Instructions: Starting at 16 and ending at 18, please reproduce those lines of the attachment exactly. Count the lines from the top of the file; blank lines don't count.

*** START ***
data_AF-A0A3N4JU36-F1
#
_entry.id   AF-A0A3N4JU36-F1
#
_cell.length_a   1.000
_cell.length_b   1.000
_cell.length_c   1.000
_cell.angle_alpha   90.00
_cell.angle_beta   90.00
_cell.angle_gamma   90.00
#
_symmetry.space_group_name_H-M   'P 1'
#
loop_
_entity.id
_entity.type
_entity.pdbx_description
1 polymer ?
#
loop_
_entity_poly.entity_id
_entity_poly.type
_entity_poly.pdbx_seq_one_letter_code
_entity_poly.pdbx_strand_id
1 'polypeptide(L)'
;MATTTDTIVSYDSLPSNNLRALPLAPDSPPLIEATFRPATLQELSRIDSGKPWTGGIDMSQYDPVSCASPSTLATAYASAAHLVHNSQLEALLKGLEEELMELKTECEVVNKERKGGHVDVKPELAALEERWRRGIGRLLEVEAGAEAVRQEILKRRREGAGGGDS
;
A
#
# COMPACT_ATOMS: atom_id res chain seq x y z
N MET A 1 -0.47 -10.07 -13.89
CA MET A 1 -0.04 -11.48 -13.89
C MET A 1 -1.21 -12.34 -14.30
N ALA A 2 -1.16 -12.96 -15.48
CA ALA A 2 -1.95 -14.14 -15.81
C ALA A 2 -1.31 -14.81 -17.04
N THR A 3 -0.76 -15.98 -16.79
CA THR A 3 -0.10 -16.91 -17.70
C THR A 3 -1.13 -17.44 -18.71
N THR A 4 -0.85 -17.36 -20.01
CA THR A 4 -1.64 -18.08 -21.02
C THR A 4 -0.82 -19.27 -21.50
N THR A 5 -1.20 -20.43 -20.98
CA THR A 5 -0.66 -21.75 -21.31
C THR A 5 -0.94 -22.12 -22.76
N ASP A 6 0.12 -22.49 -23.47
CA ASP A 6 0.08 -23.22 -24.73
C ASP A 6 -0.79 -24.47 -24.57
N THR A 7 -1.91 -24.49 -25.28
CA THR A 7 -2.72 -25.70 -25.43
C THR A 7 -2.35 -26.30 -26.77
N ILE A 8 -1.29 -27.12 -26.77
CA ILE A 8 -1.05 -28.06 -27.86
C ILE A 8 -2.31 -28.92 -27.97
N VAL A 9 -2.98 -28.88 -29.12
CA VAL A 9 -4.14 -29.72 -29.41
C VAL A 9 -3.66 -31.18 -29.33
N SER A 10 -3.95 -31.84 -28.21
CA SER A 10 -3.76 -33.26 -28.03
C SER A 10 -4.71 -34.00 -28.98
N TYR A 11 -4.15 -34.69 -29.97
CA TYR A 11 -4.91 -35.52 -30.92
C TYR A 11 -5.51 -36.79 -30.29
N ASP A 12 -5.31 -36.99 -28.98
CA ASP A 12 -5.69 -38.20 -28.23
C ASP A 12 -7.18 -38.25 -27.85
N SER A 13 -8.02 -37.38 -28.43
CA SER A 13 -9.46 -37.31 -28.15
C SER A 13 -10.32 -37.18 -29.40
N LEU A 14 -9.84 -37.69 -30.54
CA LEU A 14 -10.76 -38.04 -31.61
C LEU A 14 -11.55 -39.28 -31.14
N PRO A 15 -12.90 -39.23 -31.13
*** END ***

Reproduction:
_entity.type
_entity.pdbx_description
1 polymer ?